Florian Gadsby on his instagrammable ceramics
Words Vilma Paasivaara
For London Craft Week, ceramicist Florian Gadsby takes over the Rotunda Room at the Hole & Corner x dunhill’s Home of Craftsmanship at Bourdon House. Here he describes how he is one of the young potters pushing this traditional craft to new platforms…
If you have every looked up #ceramics on Instagram (which at the time of writing has been used over five million times) you have probably come across Gadsby’s work. For the past four years he has posted daily on the platform (as @floriangadsby) – and gathered a massive following in the process. ‘I started before there were any proper ceramics bloggers on the platform,’ he recalls, ‘so back in the day it was quite easy to gain a following – well not easy, but nowadays there is so much competition. It was lucky that at the time I was doing something different.’
But there is an equal measure of hard work behind Gadsby’s social media success. He is sure that making the effort of posting consistently and sharing the everyday world of a ceramicist is what has got people engaged. ‘I haven’t missed a day and I write a piece to go along with every post, every day, so it’s sort of little bit of an obsession,’ he says. Posting simply for the sake of likes is not Gadsby’s aim though. He feels it is important to be engaged himself with his followers and create actual connections – even if it just through brief comments. ‘I respond to all my comments,’ he says. ‘The way I look at it is that, if an artist I respect was replying to my messages, I would like that. Even if it takes me all bloody night to do it!’
Of course, Gadsby’s real speciality is not social media but producing exquisite ceramics – the skills for which he has acquired by training vigorously for the past five years. ‘In reality, I haven’t been in the scene very long and I’m relatively new to the ceramics world,’ he admits. ‘But I’ve done it very intensively and the way I’ve learned is quite unusual because I have done two quite strict and intensive apprenticeships.’ For his first apprenticeship he worked under renowned potter Lisa Hammond for three years – and most recently he spent six months as an apprentice for Ken Matsuzaki in Mashiko, Japan.
Gadsby seems very excited by this latest apprenticeship, from which he returned only a month ago, and the new ceramics culture he got to immerse himself in. ‘Everybody in Japan has pots that they use just for specific reasons – and admiring handmade ceramics is so much more of a thing.’ Whilst working for master Matsuzaki, Gadsby lived in a town with over 400 potters and dedicated all of his time to the craft. ‘It was amazing,’ he says. ‘It was the hardest work I’ve ever done by far. I was doing 80-hour weeks, six days a week, for four months or so.’ Being able to just purely make every day, instead of answering emails, felt simultaneously liberating and exhausting. ‘It was tough, but I learned a lot and I was able to do a lot.’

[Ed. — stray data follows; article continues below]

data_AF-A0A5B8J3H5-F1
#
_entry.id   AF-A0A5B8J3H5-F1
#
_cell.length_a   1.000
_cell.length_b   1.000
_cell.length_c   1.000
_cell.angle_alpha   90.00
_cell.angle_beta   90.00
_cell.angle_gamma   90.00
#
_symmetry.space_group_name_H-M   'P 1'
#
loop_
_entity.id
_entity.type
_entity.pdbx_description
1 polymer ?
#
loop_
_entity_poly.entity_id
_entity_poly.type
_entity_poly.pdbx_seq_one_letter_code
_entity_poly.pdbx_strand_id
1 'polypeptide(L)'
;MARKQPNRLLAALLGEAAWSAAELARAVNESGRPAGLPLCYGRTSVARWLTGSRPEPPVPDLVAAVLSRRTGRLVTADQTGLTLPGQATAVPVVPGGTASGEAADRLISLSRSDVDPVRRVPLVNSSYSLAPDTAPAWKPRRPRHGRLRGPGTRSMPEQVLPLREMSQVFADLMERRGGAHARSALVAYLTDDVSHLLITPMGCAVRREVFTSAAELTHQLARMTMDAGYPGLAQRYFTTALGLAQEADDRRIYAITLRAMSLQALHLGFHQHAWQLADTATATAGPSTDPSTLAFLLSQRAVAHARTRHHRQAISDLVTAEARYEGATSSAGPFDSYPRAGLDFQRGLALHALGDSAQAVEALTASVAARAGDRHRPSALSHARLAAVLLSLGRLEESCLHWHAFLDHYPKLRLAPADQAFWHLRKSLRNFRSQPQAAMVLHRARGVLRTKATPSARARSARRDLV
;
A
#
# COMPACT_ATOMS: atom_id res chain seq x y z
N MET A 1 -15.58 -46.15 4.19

The difference in the apprenticeship culture was also striking. Matsuzaki’s apprentices spend up to a decade learning under the master, dedicating all of their time to work for him. Gadsby found this kind of dedication both impressive and entirely foreign. ‘It is more than just an apprenticeship,’ he explains. ‘You’re a butler, you’re a chauffeur, you clean your master’s house, you scrub his walls, you do his garden, everything. They talk about sacrifice: you sacrifice yourself for your master.’
Being a foreigner and an already experienced potter gained Gadsby the privilege of actually throwing pots – which many of the apprentices don’t get to do often. Yet, he says, he still got his fair share of the grunt work. ‘I also did things like chop rotten wood for two weeks in the rain or crush rocks for weeks on end for glaze material – stuff like that. I got to experience both sides of it, which was great… and unusual.’
Even during this intense apprenticeship, Gadsby’s commitment to his daily Instagram schedule didn’t waiver. He embraced the opportunity to unveil parts of the mysterious traditions – and it also helped him to maintain a connection to the outside world. ‘I quite like home, I quite like familiarity,’ he admits. ‘Replying to the comments actually might have been a beneficial thing to stop me going a bit insane…’
Being able to create those connections that otherwise would not happen is part of the appeal of Instagram to Gadsby. Through it, he has not only found most of his clients but also created and maintained friendships. Unsurprisingly, he is close with other Instagram-savvy makers such as Alex Devol (Wood + Woven) and Jono Smart. ‘We’ve got our own little agony aunt group chat where we talk about things – and that’s really nice.’
Gadsby also recognises the immense change and opportunity that Instagram has created for makers, and craft in general. For instance, he doesn’t have to try to find a gallery to take on his work, which he would have had to do before social media – now it is much easier to sell your work directly. ‘That makes me feel like I’ve cheated sometimes,’ he admits.’ I put my work on sale on Instagram, people go through to my website and it sells out in minutes.’ Over time he thinks that the platform will become less central to his work – and recognises that this unique situation won’t last forever. Yet Gadsby is glad he has got to experience and be a part of, craft’s takeover in social media. ‘It has certainly given a wider audience to us and more people appreciate handmade things now for sure,’ he says.